Jana Jacobs and her wife have been together for 14 years and are raising two boys together in Little Rock with a third child on the way. Like many other children across the state, the boys were conceived with the assistance of artificial insemination. But because Jacobs is married to a woman, Arkansas required her to adopt the children before placing her name on her sons’ birth certificates. She’ll have to go through the same ordeal after her daughter is born.
When the U.S. Supreme Court struck down bans on same-sex marriage in June 2015 in Obergefell v. Hodges, its conclusion was clear: Same-sex couples are entitled to the same rights and benefits of marriage as their heterosexual counterparts. Yet even now, Arkansas is dragging its heels in complying with the court’s decision when it comes to the issuance of birth certificates. A heterosexual, married couple who have a child through means of artificial insemination or surrogacy are automatically presumed to be the child’s parents, and they are listed as such on the child’s birth certificate. The same presumption is not accorded to the child of a same-sex married couple that used identical assisted reproductive measures.
Arkansas is the only state in the nation that continues to deny same-sex couples this basic benefit of matrimony, according to LGBT advocates.
That status quo will stand for now. On Monday, the Senate Judiciary committee rejected a bill from Sen. Joyce Elliott (D-Little Rock) that would have fixed the issue by changing the word “husband” to “spouse” in the state statute dealing with artificial insemination and surrogacy. Despite testimony from Jacobs and others, four Republican senators stood in the way of the bill’s passage.
Elliott tried to convince the committee that Senate Bill 580 should be seen as a matter of bringing the state into compliance with federal law — and of simple fairness in treating children of same-sex couples no differently from other children. She said the bill was “family-friendly” and would allow “those families to take responsibility fully, like any of the rest of us should.”
Jacobs later explained why that was necessary, for reasons both material and not. “I wanted to make sure [my children] had the health care, financial support — any benefits that would arise from my death or disability. I also never wanted my kids to think that there was anyone absent from their life. They were born into the exact family that they were intended to be in. And a birth certificate with both of our names would make that clear not only to them, but to anyone who would require such a document.”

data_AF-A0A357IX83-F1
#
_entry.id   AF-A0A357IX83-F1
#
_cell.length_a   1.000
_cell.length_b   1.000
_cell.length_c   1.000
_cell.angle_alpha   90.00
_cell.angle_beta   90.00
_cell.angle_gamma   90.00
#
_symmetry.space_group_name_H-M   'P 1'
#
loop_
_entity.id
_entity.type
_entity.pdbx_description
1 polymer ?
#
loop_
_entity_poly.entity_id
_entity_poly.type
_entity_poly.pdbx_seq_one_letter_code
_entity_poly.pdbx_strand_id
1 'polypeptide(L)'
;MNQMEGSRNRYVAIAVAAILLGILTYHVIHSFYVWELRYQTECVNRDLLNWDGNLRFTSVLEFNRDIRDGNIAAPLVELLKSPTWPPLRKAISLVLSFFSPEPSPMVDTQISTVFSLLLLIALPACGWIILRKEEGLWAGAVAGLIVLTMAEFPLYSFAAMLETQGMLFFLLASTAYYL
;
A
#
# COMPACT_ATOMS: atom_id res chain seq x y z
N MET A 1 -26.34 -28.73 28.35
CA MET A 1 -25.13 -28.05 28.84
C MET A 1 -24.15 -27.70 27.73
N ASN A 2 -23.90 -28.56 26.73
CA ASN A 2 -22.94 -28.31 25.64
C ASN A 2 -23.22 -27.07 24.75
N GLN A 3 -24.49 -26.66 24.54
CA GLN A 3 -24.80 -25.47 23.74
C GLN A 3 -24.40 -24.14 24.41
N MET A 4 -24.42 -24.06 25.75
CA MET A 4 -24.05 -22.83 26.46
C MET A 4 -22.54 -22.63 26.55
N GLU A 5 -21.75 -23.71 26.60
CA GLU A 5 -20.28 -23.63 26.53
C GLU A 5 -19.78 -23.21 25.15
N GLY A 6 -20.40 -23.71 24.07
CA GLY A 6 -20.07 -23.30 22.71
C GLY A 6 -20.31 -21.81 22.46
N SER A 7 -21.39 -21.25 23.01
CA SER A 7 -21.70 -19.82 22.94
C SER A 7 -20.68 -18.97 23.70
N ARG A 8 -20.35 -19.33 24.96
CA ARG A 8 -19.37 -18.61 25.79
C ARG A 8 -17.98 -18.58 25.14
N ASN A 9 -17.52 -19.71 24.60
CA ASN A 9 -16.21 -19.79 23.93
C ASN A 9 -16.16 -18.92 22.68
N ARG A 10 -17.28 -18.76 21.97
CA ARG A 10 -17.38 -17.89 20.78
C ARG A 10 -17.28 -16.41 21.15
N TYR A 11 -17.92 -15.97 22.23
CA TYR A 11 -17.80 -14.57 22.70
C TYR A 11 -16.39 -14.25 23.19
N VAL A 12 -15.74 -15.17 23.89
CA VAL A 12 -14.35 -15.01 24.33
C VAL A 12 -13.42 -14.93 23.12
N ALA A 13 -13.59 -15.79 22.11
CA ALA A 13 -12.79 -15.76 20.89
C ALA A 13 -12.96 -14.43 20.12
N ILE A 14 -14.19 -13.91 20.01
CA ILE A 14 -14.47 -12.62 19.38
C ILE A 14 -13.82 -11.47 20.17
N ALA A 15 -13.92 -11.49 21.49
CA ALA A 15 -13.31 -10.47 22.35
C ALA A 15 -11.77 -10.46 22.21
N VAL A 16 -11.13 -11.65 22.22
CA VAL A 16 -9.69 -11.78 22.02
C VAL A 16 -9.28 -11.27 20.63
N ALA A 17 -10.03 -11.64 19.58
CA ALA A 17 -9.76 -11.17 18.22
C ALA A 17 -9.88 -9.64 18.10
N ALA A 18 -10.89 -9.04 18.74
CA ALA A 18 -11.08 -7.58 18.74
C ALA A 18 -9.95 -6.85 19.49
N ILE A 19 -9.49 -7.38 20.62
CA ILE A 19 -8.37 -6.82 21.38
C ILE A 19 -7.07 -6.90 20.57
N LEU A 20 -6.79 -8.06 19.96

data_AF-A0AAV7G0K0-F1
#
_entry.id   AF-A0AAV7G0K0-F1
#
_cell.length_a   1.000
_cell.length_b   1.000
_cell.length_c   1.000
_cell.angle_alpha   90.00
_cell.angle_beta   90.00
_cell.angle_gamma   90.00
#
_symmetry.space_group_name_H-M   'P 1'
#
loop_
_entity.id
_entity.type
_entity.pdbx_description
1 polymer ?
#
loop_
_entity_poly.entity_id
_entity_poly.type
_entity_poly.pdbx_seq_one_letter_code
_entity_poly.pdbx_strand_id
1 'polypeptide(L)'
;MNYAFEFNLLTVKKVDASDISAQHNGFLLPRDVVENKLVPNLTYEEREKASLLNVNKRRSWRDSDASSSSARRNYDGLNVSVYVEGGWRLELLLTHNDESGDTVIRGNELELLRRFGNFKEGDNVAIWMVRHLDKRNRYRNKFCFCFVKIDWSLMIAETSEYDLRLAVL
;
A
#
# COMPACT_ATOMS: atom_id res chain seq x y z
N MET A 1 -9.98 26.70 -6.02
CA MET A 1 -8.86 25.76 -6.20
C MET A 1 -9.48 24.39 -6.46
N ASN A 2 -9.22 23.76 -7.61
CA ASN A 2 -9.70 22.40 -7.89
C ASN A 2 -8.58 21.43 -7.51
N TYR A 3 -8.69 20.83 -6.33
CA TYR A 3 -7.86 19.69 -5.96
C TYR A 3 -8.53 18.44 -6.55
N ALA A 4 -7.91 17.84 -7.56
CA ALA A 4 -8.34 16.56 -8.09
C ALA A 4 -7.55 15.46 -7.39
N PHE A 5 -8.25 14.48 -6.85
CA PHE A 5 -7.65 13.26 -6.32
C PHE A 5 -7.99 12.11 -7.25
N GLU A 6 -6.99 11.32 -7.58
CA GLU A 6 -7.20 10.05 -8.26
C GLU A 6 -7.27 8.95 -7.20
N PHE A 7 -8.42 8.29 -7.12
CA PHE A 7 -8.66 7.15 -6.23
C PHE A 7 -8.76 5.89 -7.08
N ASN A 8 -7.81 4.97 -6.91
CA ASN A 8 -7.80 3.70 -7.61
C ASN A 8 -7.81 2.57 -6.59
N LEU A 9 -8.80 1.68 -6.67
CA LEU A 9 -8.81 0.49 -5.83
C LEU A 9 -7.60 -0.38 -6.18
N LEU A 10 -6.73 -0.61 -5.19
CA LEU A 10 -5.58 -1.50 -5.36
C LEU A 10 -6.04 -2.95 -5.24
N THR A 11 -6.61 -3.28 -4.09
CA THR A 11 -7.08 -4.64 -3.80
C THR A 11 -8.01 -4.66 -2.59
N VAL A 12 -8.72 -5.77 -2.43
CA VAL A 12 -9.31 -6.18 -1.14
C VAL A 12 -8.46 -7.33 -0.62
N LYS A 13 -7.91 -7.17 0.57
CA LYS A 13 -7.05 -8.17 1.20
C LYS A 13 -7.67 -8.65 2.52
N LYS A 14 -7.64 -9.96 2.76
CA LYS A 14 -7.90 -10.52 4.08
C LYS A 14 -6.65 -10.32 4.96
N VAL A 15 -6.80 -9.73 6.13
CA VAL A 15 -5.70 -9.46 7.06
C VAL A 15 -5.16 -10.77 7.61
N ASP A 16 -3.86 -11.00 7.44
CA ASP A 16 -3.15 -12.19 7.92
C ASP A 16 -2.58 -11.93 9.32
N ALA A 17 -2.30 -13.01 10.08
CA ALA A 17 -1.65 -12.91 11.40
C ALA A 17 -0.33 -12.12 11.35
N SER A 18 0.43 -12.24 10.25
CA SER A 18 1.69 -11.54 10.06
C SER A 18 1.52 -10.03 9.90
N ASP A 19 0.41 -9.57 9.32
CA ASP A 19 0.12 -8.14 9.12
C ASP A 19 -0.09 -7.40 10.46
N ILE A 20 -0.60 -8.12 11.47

Although she has legally adopted her two boys — and plans to adopt the child still on the way — Jacobs noted that “having a birth certificate with both intended parents would give families immediate relief without having to worry that their children are being left unprotected for any amount of time. A birth certificate could provide much needed security during our often lengthy and costly process of adoption.” Without her name included on their birth certificate, she said, “my children could lose many of the benefits that are afforded by marriage, such as my social security benefits, inheritance, life insurance benefits, child support, health insurance, the ability for me to make decisions regarding their medical care, and more.”
Without the fix provided by Elliott’s bill, Jacobs said, “the state is unduly illegitimizing my children.”
Also speaking for the bill was Allison Koile, a Little Rock lawyer who said she’s been hired by five same-gender couples to get both parents’ names listed on their children’s birth certificates. Not only is this inequitable, she argued, it’s an unnecessary use of legal and court resources. “I’ve even had judges say that they should be spending their time on other types of cases, rather than having to hold a hearing and produce an order for something that could have been and should have been resolved already,” she said. “Regardless of your feelings on same-sex marriage, a yes vote for SB 580 is a vote for equal application of the law.”
At the time the bill came up, the committee’s chair, Sen. Jeremy Hutchinson (R-Little Rock), was out of the room, and Sen. Linda Collins-Smith (R-Pocahontas) was chairing the committee. Collins-Smith asked Koile, “There are other legal ways to make sure that children inherit their family or friends’ belongings, isn’t that correct?”
“There is a probate process that can be undertaken, but again, that does occupy the court’s time,” Koile replied.